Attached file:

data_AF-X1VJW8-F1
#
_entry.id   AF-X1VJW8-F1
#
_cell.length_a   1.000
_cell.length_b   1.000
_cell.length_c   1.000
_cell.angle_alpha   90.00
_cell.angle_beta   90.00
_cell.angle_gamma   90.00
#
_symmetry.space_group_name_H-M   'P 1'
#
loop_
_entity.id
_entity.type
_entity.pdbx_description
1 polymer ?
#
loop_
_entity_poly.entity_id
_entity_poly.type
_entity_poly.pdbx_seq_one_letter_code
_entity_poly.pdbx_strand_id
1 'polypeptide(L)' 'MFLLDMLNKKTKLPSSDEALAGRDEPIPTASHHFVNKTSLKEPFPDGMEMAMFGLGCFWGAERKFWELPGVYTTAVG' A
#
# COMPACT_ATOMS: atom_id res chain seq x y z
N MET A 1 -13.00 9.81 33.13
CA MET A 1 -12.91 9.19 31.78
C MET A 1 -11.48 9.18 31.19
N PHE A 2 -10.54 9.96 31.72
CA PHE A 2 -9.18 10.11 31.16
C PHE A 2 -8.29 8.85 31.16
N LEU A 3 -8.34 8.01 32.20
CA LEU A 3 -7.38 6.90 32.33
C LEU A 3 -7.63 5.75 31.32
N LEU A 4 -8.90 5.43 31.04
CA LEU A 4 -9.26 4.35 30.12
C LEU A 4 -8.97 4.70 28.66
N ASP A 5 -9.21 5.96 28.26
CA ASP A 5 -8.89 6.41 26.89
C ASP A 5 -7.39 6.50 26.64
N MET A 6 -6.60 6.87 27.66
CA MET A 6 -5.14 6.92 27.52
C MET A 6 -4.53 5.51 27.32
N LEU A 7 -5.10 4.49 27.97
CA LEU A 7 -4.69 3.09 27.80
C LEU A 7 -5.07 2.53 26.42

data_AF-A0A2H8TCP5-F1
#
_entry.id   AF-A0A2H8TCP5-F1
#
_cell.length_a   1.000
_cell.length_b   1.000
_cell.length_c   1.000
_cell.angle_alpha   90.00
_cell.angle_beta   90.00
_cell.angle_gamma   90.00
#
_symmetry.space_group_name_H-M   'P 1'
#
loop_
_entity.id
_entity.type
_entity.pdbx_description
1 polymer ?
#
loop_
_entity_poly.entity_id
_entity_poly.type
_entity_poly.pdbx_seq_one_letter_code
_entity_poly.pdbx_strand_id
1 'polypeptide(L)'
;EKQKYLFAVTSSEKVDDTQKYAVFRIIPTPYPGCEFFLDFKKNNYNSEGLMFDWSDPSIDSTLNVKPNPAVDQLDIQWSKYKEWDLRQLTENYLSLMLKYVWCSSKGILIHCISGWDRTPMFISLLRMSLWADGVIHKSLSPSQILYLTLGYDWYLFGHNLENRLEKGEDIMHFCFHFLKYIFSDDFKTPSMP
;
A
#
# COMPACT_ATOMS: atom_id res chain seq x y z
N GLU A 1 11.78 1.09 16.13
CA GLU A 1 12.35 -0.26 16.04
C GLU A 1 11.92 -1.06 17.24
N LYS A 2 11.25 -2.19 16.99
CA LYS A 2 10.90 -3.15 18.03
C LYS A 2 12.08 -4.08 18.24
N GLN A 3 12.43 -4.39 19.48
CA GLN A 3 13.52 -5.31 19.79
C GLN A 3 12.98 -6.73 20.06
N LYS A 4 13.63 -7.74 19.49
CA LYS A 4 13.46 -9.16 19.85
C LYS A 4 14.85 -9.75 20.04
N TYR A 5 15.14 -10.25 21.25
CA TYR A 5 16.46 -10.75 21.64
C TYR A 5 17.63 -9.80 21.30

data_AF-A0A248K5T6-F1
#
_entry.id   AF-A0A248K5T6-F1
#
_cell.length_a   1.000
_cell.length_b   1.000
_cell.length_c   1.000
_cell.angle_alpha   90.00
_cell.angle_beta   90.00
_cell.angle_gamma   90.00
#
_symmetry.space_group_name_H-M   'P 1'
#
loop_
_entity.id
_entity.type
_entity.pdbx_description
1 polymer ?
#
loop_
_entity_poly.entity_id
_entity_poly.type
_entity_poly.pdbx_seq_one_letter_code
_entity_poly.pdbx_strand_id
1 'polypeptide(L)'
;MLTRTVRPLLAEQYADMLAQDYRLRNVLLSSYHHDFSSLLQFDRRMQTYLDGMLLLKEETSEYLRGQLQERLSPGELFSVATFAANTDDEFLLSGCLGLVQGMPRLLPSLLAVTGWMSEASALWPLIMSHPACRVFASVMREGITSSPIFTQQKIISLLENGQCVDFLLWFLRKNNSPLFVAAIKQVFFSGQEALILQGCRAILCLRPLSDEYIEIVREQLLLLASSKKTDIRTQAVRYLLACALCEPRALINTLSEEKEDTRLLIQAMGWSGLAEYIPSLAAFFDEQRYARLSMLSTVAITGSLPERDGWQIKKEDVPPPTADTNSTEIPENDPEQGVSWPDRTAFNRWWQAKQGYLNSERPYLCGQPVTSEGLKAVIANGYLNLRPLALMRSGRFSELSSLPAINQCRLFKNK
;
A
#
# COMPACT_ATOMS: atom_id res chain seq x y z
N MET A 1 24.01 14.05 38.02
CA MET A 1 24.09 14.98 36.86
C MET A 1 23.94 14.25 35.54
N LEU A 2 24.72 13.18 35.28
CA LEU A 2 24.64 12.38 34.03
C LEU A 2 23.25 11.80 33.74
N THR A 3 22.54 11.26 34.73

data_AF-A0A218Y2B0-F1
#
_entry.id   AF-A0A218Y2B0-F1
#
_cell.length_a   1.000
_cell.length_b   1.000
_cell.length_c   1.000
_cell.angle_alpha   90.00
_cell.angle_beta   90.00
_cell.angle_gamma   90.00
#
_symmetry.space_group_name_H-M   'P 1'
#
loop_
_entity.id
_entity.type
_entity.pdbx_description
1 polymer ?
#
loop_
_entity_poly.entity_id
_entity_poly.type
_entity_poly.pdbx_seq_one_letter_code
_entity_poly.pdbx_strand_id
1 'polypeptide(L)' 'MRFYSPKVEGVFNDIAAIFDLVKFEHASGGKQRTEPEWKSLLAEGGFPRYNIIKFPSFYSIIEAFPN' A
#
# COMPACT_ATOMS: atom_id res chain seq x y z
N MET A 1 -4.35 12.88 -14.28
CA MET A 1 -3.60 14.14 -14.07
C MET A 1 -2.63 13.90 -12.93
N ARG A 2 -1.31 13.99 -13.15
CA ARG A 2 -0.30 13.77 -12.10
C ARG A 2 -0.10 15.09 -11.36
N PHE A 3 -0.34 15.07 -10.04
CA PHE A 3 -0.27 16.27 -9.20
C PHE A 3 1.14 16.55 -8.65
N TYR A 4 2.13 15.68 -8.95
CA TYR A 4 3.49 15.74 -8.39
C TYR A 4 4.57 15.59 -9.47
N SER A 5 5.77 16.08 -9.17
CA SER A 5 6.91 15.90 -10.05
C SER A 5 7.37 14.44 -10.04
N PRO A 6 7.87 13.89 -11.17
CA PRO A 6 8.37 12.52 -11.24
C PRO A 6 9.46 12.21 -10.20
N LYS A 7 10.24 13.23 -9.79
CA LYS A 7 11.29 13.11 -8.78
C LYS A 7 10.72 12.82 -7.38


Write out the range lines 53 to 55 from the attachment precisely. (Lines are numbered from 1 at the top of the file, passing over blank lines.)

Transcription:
_cell.length_a   1.000
_cell.length_b   1.000
_cell.length_c   1.000